For months, people have been doing their best to adhere to the Centers for Disease Control and Prevention’s guidelines about how to slow the spread of COVID-19. They include frequent hand washing, maintaining at least a six-foot distance from others and wearing a mask in public places where social distancing is difficult.
It’s been explained why outdoor activities are a safer option if small gatherings are held compared to indoor gatherings, but the cooler months mean that many gatherings will be held indoors, leading to more concerns about the spread of the disease caused by the coronavirus.
At the 73rd Annual Meeting of the American Physical Society’s Division of Fluid Dynamics, researchers virtually presented several studies that looked into infectious diseases’ aerodynamics.
Among some of the research disclosed in a Nov. 22 APS Physics news release was that of a graduate student in mechanical engineering Abhishek Kumar and fellow researchers at the University of Colorado, Boulder. They examined the way the virus could spread during musical performances. The discussed results from experiments meant to measure instrumentalists’ aerosol emissions.
“Everyone was very worried about flutes early on, but it turns out that flutes don’t generate that much,” said Jean R. Hertzberg, an associate professor in thermo fluid sciences at University of Colorado, Boulder.
Clarinets and oboes, on the other hand, typically create an abundance of aerosols, but they are controllable.
“When you put a surgical mask over the bell of a clarinet or trumpet, it reduces the amount of aerosols back down to levels in a normal tone of voice,” Hertzberg said.
Similar risk reduction-efforts were evaluated by engineers at the University of Minnesota.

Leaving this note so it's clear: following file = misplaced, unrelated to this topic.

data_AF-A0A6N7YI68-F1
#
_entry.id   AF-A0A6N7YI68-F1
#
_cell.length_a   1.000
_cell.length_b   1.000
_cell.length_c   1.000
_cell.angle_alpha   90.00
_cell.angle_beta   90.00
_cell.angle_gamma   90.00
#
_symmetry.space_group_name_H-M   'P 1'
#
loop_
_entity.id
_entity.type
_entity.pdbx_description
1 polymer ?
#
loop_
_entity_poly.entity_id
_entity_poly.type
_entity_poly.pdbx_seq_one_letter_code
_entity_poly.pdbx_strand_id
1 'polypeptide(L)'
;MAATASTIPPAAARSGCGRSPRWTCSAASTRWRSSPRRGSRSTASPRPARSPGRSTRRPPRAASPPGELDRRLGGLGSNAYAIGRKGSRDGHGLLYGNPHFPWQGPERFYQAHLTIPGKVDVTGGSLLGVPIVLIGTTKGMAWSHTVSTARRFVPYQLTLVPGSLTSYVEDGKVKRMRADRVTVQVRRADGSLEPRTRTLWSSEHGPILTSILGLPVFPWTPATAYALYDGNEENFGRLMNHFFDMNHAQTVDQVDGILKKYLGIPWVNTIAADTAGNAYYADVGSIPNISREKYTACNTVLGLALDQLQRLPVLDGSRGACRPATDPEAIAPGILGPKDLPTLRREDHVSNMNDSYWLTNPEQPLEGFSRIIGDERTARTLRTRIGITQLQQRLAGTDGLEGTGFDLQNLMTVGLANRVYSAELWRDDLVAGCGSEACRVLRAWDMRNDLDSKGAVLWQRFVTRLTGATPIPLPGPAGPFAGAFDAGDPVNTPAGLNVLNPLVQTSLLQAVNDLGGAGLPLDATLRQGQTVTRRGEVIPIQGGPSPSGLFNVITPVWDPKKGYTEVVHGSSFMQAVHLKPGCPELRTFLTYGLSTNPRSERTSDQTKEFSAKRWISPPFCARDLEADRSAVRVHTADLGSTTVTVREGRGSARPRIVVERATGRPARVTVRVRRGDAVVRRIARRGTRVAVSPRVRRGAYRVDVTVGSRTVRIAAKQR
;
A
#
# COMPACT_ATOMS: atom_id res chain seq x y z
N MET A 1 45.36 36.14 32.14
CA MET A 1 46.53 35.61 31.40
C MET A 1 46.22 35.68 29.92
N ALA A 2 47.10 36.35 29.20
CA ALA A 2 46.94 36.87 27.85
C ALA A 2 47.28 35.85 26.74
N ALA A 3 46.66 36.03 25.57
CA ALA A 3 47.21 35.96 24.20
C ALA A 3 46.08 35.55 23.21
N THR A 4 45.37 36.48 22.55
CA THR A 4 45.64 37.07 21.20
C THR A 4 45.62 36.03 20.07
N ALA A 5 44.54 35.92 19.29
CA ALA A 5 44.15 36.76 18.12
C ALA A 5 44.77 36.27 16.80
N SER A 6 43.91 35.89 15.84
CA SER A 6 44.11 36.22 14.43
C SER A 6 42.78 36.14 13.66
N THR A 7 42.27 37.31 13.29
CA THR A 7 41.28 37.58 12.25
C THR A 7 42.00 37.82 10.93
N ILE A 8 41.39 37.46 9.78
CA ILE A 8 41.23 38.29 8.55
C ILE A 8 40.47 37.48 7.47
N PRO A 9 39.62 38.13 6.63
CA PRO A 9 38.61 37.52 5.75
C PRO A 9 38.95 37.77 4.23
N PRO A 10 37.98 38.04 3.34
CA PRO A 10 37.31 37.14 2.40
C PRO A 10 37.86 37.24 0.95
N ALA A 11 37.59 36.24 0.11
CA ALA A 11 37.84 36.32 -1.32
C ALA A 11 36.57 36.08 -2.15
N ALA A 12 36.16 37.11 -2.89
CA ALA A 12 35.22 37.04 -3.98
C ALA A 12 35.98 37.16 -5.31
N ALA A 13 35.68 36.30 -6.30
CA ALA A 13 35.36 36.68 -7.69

Led by mechanical engineering Ph.D. student Ruichen He, the team conducted an analysis of various instruments along with the flow field and aerosols they created. Rarely did the aerosols produced travel more than a foot away, despite the level created varying by instruments and musicians.
Their discovery led them to develop seating for live orchestras that took the pandemic into account. The seating model detailed where filters should be placed and audience members ought to be seated to lessen the risk.
Another study reviewed the risk of COVID-19 infection by traveling to and from the office via passenger cars.
Brown University engineering professor Kenny Breuer and his team conducted mathematical simulations of the way air moves through passenger car cabins to identify procedures that may lessen the risk of infection. They found that strategically opening some windows and closing others in a passenger car may decrease the risk of transmission if air enters and exits a room at a distance from passengers.
For more insight into the studies scientists have conducted to develop strategies of decreasing the risk of COVID-19 transmission, read the news release here.
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Credit: HYOSUB SHIN / AJC